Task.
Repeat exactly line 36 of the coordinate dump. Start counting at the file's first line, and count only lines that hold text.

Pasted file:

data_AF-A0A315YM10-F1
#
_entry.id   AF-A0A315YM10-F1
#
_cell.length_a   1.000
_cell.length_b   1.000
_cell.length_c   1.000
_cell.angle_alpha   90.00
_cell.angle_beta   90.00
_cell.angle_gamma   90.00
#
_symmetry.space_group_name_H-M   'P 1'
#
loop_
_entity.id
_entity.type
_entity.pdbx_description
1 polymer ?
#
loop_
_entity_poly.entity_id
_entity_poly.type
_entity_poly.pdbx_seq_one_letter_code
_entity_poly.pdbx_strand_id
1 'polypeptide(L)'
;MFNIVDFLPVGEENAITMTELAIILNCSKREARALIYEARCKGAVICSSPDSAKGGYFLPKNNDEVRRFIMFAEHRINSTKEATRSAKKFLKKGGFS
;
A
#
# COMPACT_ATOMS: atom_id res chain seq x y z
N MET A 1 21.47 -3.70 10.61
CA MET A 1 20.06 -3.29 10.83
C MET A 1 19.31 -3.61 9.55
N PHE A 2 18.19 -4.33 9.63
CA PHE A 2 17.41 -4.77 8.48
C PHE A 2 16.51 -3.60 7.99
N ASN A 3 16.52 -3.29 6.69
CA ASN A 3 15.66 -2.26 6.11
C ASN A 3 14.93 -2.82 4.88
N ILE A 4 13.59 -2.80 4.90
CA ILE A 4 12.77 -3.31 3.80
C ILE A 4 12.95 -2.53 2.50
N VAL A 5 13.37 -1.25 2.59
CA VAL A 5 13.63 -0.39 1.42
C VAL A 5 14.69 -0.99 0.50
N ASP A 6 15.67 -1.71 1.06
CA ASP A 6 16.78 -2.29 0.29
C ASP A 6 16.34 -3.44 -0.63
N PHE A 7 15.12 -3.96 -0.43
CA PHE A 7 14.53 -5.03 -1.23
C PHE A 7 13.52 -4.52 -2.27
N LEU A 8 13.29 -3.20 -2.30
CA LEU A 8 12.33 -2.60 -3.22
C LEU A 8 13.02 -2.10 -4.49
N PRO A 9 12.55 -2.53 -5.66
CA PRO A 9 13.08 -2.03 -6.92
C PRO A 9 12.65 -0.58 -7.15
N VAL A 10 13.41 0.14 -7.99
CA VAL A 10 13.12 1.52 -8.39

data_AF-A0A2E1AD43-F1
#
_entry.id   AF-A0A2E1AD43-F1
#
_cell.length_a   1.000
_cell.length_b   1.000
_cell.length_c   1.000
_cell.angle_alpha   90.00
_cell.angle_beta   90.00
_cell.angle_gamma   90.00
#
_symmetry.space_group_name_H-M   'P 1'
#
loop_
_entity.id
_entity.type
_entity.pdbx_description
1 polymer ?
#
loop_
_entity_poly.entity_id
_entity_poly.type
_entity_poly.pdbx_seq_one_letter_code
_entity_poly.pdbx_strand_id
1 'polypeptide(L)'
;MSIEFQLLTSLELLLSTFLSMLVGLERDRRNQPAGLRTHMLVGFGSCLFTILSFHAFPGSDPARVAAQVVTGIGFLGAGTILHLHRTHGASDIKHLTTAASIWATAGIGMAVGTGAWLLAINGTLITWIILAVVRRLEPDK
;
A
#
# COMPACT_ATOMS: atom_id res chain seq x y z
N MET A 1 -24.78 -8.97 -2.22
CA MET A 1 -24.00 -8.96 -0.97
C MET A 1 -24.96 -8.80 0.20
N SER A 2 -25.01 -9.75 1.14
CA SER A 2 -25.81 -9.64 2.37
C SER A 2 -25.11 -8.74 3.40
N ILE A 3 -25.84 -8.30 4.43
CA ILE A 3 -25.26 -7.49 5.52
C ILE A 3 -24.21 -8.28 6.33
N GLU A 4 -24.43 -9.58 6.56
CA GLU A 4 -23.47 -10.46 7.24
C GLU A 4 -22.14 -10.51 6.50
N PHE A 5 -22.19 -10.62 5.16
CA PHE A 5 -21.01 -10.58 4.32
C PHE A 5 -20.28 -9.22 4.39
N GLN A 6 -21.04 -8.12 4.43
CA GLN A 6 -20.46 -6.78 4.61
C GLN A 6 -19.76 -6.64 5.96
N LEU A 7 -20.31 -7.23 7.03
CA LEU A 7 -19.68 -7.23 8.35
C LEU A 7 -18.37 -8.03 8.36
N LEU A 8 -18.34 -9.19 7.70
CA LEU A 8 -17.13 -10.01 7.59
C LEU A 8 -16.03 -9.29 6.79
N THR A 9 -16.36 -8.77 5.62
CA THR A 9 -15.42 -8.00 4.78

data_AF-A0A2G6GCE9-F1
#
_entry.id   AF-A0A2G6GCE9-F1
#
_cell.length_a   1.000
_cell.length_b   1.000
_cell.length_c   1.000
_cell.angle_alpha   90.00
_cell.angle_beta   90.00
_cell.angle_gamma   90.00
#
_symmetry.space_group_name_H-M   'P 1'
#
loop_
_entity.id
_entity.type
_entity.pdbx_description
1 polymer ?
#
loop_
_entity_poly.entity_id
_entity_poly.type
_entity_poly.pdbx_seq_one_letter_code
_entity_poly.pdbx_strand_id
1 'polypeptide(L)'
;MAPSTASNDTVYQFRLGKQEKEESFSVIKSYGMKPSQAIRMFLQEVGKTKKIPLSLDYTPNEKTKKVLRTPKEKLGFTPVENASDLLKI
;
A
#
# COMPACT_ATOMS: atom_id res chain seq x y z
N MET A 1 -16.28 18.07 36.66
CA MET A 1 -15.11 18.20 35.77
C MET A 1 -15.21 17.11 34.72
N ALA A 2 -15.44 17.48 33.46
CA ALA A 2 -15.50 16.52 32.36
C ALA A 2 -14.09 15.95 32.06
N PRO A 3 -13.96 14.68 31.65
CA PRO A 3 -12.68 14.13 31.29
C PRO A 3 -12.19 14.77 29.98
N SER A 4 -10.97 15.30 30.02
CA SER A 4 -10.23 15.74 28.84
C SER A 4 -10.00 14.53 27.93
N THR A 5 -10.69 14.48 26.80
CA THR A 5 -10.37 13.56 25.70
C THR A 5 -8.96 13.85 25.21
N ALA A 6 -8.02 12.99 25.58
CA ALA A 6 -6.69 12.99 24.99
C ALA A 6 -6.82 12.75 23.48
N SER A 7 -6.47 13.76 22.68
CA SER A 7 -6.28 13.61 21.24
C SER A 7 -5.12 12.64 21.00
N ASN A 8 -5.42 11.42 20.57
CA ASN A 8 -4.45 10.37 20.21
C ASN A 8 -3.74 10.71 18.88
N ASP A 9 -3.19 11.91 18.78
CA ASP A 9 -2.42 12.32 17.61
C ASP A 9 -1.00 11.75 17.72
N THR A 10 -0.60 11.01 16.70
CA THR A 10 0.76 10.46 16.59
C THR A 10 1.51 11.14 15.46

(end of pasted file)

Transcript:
C PHE A 2 16.51 -3.60 7.99